Sunday, April 8, 2018

Matchbook Memories: Under the Dome


Houston's pride and joy (or at least it used to be) has been called the "Eighth Wonder of the World" and was home to a legendary Texas Team.  But the Astrodome has been known for a lot more than just the Astros.  Here's a quick look at a few of the times it's popped up in pop culture:

Starman V1 #25 (DC Comics, 1990)

Starman never caught on the way so many other DC characters did.  Every so often the publisher tries to make a go of the guy and when they do they usually create a character to be the "new" Starman.  That's a common practice in comics and is sometimes used to create conflict.

I mention all that because the plot of this issue involves the son of the original Starman getting pissed at the current (at the time) Starman and challenging him to a fight.  Guess where...

Anyway, during the fracas, the new guy takes a pretty good smack which launches him sky high and gives the artist (Dave Hoover) an opportunity to draw a bird's eye view of the Astrodome:

West Coast Avengers V1 Annual #2 (Marvel Comics, 1987)

Yeah, the Avengers are bi-coastal.  Typically the New York team is made up of A-listers like Iron Man, Thor and so forth.  And the L.A. team has...other people...that being said, occasionally the two groups indulge in some good old fashioned team building exercises like an annual softball game!  Guess where...

This has to make the stadium's insurance rates go way up because the whole gang isn't shy at all about using their powers to win the game.  So when Thor uses his hammer to take a swing at Wonder Man's fastball, he sends it flying straight up to the roof.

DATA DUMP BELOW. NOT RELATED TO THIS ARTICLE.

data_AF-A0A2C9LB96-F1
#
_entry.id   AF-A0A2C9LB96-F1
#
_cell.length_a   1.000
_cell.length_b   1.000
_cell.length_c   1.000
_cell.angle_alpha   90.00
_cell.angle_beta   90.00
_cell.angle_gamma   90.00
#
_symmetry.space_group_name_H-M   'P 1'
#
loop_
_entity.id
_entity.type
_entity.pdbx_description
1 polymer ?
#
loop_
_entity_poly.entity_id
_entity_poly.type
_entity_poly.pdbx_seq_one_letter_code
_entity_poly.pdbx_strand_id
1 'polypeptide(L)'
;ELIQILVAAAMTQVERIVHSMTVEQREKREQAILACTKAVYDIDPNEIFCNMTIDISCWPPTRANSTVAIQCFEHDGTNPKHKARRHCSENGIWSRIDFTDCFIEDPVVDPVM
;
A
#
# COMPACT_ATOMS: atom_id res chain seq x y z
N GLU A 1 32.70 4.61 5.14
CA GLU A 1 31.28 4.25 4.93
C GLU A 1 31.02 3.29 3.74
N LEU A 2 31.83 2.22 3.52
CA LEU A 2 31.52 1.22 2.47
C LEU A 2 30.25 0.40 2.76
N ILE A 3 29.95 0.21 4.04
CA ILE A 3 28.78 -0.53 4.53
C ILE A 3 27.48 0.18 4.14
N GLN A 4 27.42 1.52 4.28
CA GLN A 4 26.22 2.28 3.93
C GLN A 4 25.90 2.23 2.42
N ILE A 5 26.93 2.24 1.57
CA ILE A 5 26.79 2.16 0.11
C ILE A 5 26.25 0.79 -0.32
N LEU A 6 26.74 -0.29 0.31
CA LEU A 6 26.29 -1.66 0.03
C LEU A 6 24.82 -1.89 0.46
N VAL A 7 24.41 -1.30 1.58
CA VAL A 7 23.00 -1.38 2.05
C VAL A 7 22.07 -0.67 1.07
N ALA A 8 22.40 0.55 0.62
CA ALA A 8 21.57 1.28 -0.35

That thing "comin' back again!" is the Silver Surfer who is heralding some crazy nonsense and as soon as ya know it, the whole gang is whisked away and are forced to fight each other or somesuch.  But since none of that takes place in

The Bad News Bears in Breaking Training (Paramount Pictures, 1977)

The sequel is fairly forgettable and really only know for two things: 1. There's no Walter Matthau and 2. The kids play at the Houston Astrodome for some reason.  The film does do a good job of showing off what an impressive structure it was.

If you watch the movie, keep an eye open for cameos from some of the Astros at the time.  If not, then just Google it. 

There's lots more fun that's been had under the dome but it'll have to wait until I track down those particular comics and/or movies.  Once I do, let's meet back here.

Monday, April 2, 2018

Sandwich Tour of Dallas Part 1

I typically eat sandwiches on a regular basis. I also post stuff on this blog on a regular basis. I'm also in Dallas often. You can probably see where I'm going with this...

Welcome to a Sandwich Tour of Dallas" Part 1! I plan to explore this town via sandwiches so feel free to tag along. Let's start with P.D. Johnson's Dog Day Deli:

Located on McKinney avenue in the uptown area, this place fancies itself the "Kick Ass" deli and plays up the tired "Johnson" angle (spoiler: it means "penis"). Despite the unoriginal marketing they serve up a darn fine sandwich. Behold the "Hot Johnson" (I know, I know...sigh):

It comes with roast beef, turkey, bacon, cheddar, mayo, bbq, "horseymayo", lettuce, tomato, onions, green peppers, pepperoncinis. (I ordered mine sans onions & peppers).